Hemp is growing in popularity on a global scale. There are 47 countries so far that grow hemp for commerce or research. The EU has production in most member countries, and lists France and the Netherlands as centers of production. The global hemp industry is showing no signs of slowing down. It is expected to reach $5.7 billion by 2020. What is the status of hemp in North America? Read on if you are interested in Cannabis to know more about how the USA and Canada are looking at Cannabis, and particularly at hemp, at the present time.
What is hemp?
Hemp is derived from the cannabis plant. It is also called “Industrial hemp.” It grows very fast and over 10,000 years ago, it was one of the first plants to be spun into fibers. Today, we are seeing hemp used in commercial and industrial products including rope, food, clothing biofuel and animal feed. Many car makers are now using hemp in manufacturing cars, including GM and Mitsubishi, no name just a few. Many believe that cars will eventually run on hemp, instead of gas. Hemp has a biodegradable quality which makes it environmentally conscious.
Although cannabis and hemp come from the same plant (cannabis “sativa”), their content is different. Hemp has a much lower level of THC (the “psychedelic effect of the marijiuana drug that makes a person “high”) and higher levels of CBD (the cannabidiols), than cannabis. The two are cultivated differently, which also affects the concentrations of THC and CBD. States and countries regulate the concentrations of THC in hemp products, which determines the product’s legality.
Hemp in the USA
The U.S. imports tens of millions worth of hemp products each year, mostly driven by growth in the demand for hemp seed and hemp oil for use as ingredients in foods such as granola. Some U.S. homes are also using hemp based construction building materials.
A note of caution for our readers: The U.S. seems to differentiate hemp from cannabis. Cannabis in the USA is still illegal at the federal level, and is not likely to become legal in the near future, leaving the states to do as they wish as long as they avoid interstate commerce.
In the U.S., with hemp, the story is more welcoming at the federal level, with some limitations still. With the 2018 Farm Bill, industrial hemp cultivation is now legal as a matter of federal law, and there are many farms in the U.S. now focused on industrial hemp production. Interestingly, one area where this cultivation is slowly taking root (no pun intended) is with Native Americans.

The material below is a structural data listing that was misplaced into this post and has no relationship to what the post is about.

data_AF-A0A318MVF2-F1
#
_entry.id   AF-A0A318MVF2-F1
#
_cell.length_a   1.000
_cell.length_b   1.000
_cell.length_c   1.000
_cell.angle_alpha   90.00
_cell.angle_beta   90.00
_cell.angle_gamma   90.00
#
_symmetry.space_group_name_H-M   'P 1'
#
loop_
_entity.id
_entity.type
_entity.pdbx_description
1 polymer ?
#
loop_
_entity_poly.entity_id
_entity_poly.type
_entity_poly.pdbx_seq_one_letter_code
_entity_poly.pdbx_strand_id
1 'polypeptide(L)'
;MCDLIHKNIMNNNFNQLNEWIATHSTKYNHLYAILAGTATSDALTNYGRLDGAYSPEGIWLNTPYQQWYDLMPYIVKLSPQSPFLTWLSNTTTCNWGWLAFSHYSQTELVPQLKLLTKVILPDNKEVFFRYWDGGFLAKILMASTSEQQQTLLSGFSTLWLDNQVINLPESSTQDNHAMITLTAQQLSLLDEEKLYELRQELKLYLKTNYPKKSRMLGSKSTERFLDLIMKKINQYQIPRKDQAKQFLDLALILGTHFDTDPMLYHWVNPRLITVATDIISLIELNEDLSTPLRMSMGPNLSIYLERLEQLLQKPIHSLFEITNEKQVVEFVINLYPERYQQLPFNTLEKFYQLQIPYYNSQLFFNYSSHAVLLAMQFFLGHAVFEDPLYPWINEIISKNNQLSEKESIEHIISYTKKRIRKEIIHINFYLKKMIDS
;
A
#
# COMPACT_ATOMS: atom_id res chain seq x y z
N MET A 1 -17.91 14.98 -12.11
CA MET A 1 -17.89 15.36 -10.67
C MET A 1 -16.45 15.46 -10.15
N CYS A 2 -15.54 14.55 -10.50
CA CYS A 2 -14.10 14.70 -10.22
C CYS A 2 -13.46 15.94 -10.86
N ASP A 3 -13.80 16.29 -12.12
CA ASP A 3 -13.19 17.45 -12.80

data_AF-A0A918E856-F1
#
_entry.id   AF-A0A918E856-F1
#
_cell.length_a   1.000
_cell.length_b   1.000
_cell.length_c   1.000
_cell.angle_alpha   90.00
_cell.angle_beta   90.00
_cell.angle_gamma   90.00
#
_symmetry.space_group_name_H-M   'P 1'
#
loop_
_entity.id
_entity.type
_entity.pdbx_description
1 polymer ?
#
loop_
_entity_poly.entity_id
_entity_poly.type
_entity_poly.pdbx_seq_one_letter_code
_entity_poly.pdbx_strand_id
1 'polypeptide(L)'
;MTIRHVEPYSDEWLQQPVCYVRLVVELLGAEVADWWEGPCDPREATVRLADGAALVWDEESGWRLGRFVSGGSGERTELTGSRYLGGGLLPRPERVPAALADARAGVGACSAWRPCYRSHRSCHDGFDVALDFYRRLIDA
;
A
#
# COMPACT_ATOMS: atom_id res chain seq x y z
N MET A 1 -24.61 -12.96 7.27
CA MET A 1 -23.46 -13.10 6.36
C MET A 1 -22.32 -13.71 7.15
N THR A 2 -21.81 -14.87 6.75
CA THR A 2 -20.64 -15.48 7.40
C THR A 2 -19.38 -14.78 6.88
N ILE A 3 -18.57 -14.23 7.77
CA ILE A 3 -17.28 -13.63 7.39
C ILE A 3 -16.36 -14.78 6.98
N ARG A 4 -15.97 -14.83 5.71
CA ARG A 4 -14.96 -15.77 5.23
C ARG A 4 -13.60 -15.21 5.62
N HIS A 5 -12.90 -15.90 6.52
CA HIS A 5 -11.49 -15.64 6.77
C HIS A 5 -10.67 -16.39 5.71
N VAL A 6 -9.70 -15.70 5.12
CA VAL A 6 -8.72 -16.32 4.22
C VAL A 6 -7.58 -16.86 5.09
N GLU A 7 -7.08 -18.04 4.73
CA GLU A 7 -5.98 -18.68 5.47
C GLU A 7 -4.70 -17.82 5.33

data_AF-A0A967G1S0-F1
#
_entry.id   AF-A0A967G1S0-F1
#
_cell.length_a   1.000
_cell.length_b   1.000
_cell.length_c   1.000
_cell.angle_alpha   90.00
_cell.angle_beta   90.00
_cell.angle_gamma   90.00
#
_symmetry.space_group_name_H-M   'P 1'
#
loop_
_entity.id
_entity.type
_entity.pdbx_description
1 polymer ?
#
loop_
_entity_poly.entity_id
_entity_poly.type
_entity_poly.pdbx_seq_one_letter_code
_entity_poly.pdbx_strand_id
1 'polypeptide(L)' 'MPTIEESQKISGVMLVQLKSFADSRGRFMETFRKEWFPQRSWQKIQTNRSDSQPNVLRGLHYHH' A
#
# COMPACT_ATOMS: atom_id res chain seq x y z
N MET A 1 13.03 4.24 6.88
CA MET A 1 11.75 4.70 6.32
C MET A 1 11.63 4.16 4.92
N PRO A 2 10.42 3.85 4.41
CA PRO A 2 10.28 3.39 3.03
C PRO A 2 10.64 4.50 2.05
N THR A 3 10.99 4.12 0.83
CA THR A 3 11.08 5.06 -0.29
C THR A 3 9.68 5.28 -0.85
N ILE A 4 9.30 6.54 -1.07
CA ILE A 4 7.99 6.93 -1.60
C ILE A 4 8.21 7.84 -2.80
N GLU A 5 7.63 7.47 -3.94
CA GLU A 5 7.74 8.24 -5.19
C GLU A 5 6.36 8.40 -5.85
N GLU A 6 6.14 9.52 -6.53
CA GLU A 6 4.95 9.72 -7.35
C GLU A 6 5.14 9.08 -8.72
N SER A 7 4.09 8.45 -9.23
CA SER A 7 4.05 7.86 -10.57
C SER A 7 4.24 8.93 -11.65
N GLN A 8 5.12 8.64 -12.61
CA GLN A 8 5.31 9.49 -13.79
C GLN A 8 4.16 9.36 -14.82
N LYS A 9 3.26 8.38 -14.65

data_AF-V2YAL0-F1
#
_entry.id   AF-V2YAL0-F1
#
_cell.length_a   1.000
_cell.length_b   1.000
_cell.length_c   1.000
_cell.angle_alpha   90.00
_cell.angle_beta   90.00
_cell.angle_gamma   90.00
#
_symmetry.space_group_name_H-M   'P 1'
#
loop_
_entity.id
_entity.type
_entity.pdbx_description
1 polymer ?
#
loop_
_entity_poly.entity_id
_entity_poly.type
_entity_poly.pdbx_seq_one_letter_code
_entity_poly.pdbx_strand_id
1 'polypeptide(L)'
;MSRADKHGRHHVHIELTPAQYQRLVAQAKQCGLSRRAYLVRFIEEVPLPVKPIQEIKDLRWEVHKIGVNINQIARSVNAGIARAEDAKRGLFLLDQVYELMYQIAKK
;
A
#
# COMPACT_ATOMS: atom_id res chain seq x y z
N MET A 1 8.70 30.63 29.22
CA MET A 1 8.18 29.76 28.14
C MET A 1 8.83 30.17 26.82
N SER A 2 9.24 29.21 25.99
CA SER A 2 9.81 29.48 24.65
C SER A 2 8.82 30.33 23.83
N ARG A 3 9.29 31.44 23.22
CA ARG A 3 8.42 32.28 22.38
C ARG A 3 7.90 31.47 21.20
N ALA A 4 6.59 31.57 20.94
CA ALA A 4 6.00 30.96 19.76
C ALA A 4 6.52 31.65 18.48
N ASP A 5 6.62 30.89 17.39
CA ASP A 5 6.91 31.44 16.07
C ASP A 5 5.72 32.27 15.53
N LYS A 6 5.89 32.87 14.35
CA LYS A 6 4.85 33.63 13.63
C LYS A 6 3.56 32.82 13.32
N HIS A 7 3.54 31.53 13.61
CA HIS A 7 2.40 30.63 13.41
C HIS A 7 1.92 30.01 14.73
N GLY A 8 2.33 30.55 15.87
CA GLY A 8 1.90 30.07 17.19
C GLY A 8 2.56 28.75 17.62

However, according to Manjit Gill, a Partner at CKR Law LLP’s Miami office who handles many Cannabis clients in the USA, the area that remains murky relating to hemp in the U.S. relates to cannabidiol (CBD) products. While there is a proliferation of CBD products in the U.S., at the federal level, the FDA is still not endorsing the use of CBD in diet supplements and food products, unless you can show that what is being introduced into the food product is derived from hemp seeds or seed oil. As a result, as with marijuana, CBD food products are technically not legal at the federal level, but may be still legal on a state by state basis where the relevant states have enacted legislation legalizing CBD products.
Hemp in Canada
Thanks to generous and easy hemp regulations under the Cannabis Act, Canada is already dominating the hemp world production market. Only second in line after China, Canada grows over 140,000 acres of hemp per year. This is 10 times the amount of hemp cultivated in the United States (note that the U.S. remains the largest importer of hemp, with most of the seed arriving from Canada!).
Canadians, according to StatsCan, spend about $5.7 billion on cannabis alone and the hemp industry in Canada is expected to reach $1 Billion by 2023. According to Veronique Malka, Chair of the Canadian Law Group of CKR Law LLP, now is the time for foreign investors to make their money grow in Canada. Her Group is seeing a surge of inquiries from US investors and manufacturers who are tired of waiting for the US to adopt more uniform and lenient regulations. Malka states: “your money can grow substantially in Canada in two years, without any concerns that you are doing something illegal since Canada fully supports the industry.” About 2000 licenses for hemp cultivation are granted each year, with a fast processing time of about 60 business days (or three months). Malka adds” For U.S. investors, this is a win-win situation. Not only are you going to benefit from your money converting at a favorable rate into Canadian dollars, but you will definitely develop business in Canada if you staff your company there wisely. Bring your top folks in from the US to set up the operations – just make sure they don’t carry cannabis across the border!”
While the U.S. will take 2 years or more to change its federal stance on Cannabis legality, investment in hemp in Canada makes a lot of sense. Plus, growers literally next door to the USA, to keep their fingers on the pulse of what is happening south of the border. As soon as things change in the USA, Canadian companies will be able to expand back and reach a North American triad of growth.
Clearly, from a legalization perspective vis-a-vis cannabis, Canada, as a country, definitely has a decided edge in this space.
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